Ahead of a crucial global economic summit with the Group of 20 (G-20) countries in Buenos Aires, Argentina this Friday and Saturday, we see a key revision to domestic growth, or shall I say a “non”-revision: 3.5% U.S. Gross Domestic Product (GDP) for Q3 was in line with the initial read. Personal Consumption Expenditures (PCE) dipped a bit, 3.6% from the 3.9% consensus estimate, but this was offset with upwardly revised business investment.
The GDP Price Index was also in-line at 1.7%, while the Core Index quarter over quarter reached 1.5%. While we see non-residential fixed investment (business) revised higher, these numbers are still trending down over the past several quarters. Still, a 3.5% headline is nothing to sneeze at, especially seeing we are on pace for the biggest year of GDP growth since 2014, and potentially the first time we see three consecutive quarters of 3%+ growth since before the Great Recession a decade ago.
In order to get to 3% overall for 2018 — which we won’t know until early next year — we’ll need Q4 GDP growth to come in at at least +3.1%. At first glance this would look easy, following 4.2% and 3.5% in the past two quarters, respectively, but worries about tariffs and a trade war between the U.S. and China may have pulled some of this Q3 GDP growth from Q4. Even still, it would be very hard to argue the domestic economy is not performing well historically.
Getting back to the G-20 a moment, the most highly anticipated meeting will be between President Trump and China’s President Xi. While it should not be expected the two men will be able to put to rest their myriad beefs on the trade and Intellectual Property over a short weekend, any positive sentiment that may emerge could well be taken as a green light to start buying stocks again, after two months of struggling market indexes.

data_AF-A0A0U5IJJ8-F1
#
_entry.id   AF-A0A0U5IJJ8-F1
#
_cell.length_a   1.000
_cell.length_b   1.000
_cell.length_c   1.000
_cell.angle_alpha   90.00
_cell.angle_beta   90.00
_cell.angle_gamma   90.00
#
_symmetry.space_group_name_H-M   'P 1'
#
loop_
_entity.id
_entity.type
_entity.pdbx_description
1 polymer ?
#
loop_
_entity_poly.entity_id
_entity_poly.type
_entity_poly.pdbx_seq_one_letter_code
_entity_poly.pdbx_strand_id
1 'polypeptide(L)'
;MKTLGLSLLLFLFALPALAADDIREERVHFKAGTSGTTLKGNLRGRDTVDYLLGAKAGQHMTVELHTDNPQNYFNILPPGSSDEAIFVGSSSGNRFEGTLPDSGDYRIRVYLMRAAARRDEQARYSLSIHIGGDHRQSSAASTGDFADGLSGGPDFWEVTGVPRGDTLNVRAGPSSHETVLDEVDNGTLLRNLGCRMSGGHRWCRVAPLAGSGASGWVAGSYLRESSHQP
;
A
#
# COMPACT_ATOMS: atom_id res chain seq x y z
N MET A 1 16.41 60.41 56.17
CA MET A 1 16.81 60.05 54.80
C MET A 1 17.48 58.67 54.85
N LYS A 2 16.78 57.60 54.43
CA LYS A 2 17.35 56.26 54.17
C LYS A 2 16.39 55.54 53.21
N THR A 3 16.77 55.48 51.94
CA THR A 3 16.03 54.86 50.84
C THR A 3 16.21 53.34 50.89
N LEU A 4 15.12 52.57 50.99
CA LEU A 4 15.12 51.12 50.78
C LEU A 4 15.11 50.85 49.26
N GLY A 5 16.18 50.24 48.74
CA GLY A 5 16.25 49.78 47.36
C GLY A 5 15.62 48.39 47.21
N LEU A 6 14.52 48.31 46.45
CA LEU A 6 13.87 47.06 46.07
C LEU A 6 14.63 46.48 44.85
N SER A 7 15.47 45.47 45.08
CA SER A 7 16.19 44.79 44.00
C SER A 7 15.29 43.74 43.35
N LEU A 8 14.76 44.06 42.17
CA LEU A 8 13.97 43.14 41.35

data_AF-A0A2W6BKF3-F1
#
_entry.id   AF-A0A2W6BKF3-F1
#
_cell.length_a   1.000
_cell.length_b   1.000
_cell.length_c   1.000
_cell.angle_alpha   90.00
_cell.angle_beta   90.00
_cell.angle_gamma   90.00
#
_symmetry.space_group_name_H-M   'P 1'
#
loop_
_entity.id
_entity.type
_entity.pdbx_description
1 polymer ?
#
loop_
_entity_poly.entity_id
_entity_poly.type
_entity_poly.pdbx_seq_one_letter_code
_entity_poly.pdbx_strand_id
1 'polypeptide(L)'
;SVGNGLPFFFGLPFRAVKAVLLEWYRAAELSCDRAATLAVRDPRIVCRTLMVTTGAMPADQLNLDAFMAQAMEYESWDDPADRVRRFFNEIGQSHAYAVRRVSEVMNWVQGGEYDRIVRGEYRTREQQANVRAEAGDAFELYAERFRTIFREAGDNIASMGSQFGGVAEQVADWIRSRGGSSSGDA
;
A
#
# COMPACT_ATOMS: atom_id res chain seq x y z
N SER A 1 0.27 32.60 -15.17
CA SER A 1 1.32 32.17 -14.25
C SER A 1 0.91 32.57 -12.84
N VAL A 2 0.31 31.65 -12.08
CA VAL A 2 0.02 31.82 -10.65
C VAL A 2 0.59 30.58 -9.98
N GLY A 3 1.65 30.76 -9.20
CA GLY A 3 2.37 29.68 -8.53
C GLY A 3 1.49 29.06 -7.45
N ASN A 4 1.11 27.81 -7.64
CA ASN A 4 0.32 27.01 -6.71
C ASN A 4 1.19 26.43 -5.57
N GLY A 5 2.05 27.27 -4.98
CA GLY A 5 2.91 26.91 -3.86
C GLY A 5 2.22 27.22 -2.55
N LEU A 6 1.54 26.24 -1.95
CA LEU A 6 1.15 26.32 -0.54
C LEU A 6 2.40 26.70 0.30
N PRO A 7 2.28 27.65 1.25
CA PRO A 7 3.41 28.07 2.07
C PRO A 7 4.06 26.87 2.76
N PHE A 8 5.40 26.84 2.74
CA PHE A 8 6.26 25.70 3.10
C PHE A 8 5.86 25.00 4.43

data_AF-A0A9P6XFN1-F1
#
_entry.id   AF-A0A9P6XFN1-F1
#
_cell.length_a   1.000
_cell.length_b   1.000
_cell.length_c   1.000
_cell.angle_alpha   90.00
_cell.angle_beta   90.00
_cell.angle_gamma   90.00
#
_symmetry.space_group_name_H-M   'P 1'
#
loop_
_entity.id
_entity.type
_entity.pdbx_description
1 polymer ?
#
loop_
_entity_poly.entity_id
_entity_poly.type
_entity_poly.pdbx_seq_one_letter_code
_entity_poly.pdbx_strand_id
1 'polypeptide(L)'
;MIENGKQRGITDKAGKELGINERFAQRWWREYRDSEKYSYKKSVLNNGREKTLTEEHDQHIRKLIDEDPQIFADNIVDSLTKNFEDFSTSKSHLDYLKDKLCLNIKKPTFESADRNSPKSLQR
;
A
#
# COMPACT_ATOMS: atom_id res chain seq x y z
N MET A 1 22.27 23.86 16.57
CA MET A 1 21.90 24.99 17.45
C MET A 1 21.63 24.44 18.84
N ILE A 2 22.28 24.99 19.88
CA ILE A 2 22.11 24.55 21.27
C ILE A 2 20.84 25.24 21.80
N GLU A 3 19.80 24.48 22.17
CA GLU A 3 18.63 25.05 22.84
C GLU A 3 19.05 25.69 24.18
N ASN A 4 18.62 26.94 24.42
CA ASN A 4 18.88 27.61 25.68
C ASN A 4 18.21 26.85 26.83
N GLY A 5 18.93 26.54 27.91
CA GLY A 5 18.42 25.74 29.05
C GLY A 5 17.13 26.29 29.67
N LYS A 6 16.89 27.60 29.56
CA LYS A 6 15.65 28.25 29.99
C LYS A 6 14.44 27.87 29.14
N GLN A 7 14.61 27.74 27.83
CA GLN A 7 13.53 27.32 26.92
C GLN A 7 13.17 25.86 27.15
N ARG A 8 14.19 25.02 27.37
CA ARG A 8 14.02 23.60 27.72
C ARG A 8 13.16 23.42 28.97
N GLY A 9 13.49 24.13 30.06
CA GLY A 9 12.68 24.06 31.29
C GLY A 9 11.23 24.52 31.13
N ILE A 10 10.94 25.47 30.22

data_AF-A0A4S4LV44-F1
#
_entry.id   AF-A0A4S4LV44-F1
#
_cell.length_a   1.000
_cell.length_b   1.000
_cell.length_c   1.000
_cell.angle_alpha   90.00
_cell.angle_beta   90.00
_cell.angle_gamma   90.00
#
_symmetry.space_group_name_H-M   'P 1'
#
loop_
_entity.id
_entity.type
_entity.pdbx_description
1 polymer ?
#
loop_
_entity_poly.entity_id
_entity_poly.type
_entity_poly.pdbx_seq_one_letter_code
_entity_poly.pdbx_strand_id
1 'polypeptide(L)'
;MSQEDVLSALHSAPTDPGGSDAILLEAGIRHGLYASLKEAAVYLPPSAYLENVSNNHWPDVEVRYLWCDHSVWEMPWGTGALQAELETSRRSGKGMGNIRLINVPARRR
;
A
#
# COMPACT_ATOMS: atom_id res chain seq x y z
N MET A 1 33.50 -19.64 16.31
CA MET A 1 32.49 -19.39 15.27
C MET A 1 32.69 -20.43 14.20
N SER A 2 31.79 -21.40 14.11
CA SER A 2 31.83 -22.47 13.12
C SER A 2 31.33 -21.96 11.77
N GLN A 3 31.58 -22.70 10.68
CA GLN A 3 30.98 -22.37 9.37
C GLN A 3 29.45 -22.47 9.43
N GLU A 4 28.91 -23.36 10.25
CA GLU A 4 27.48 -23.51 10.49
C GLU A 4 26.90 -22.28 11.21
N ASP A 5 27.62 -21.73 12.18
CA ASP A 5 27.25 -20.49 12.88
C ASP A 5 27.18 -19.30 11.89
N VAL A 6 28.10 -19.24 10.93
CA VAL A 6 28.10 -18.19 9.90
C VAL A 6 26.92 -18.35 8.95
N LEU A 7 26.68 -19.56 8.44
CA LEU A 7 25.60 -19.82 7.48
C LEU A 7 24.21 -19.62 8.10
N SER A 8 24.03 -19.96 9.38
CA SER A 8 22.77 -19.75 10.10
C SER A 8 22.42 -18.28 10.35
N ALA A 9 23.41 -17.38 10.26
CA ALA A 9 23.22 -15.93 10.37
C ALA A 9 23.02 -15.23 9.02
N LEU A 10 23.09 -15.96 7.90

At noon Eastern today, Fed Chair Jerome Powell will be speaking in New York regarding the state of the U.S. economy. This comes prior to not only the G-20 in South America but next months Federal Reserve meeting, where odds are still very good the committee will raise interest rates another 25 basis points, to a range of 2.25-2.50%. Parsing through Powell’s language today will resemble analysts reading tea leaves about what’s to come regarding interest rate policy in December and into 2019.
Trump, for his part, has seemingly wasted no opportunity to bash his hand-picked successor to Fed Chair Janet Yellen, who served over much of the Obama administration. Yesterday, the president said he’s “not even a little bit happy” with his appointment of Powell, suggesting the Fed is “way off base with what they’re doing.” Presumably, the continuation of ratcheting up interest rates is what’s gotten under his skin, and that is not expected to abide with the next Fed meeting.
Yet index futures are up in today’s pre-market. One may conclude investors are expecting positive words coming from Powell’s speech today. What analysts will be listening for is a dovish stance on future interest rate hikes post-December. Formerly, two or three new quarter-point hikes for 2019 was considered likely; today, any suggestions Powell makes toward lowering that total will likely be applauded by the market, if not the president.